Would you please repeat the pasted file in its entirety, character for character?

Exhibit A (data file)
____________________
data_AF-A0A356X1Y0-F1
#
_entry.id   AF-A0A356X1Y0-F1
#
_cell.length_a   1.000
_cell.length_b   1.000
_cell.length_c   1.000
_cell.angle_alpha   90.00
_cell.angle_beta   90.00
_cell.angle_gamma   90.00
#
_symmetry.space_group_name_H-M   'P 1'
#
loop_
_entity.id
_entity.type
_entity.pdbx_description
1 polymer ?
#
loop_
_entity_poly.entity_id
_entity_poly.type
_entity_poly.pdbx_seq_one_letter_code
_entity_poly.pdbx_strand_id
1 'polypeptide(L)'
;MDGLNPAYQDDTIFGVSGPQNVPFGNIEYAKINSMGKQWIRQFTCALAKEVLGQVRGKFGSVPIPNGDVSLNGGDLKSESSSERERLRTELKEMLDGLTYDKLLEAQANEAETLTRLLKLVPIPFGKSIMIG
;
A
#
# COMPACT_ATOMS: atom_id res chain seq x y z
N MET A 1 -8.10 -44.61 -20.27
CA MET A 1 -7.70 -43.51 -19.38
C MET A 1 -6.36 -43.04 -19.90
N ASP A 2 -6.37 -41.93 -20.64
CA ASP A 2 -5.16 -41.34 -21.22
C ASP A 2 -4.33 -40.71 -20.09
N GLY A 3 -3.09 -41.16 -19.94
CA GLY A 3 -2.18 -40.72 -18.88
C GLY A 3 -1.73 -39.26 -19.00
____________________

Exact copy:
data_AF-A0A356X1Y0-F1
#
_entry.id   AF-A0A356X1Y0-F1
#
_cell.length_a   1.000
_cell.length_b   1.000
_cell.length_c   1.000
_cell.angle_alpha   90.00
_cell.angle_beta   90.00
_cell.angle_gamma   90.00
#
_symmetry.space_group_name_H-M   'P 1'
#
loop_
_entity.id
_entity.type
_entity.pdbx_description
1 polymer ?
#
loop_
_entity_poly.entity_id
_entity_poly.type
_entity_poly.pdbx_seq_one_letter_code
_entity_poly.pdbx_strand_id
1 'polypeptide(L)'
;MDGLNPAYQDDTIFGVSGPQNVPFGNIEYAKINSMGKQWIRQFTCALAKEVLGQVRGKFGSVPIPNGDVSLNGGDLKSESSSERERLRTELKEMLDGLTYDKLLEAQANEAETLTRLLKLVPIPFGKSIMIG
;
A
#
# COMPACT_ATOMS: atom_id res chain seq x y z
N MET A 1 -8.10 -44.61 -20.27
CA MET A 1 -7.70 -43.51 -19.38
C MET A 1 -6.36 -43.04 -19.90
N ASP A 2 -6.37 -41.93 -20.64
CA ASP A 2 -5.16 -41.34 -21.22
C ASP A 2 -4.33 -40.71 -20.09
N GLY A 3 -3.09 -41.16 -19.94
CA GLY A 3 -2.18 -40.72 -18.88
C GLY A 3 -1.73 -39.26 -19.00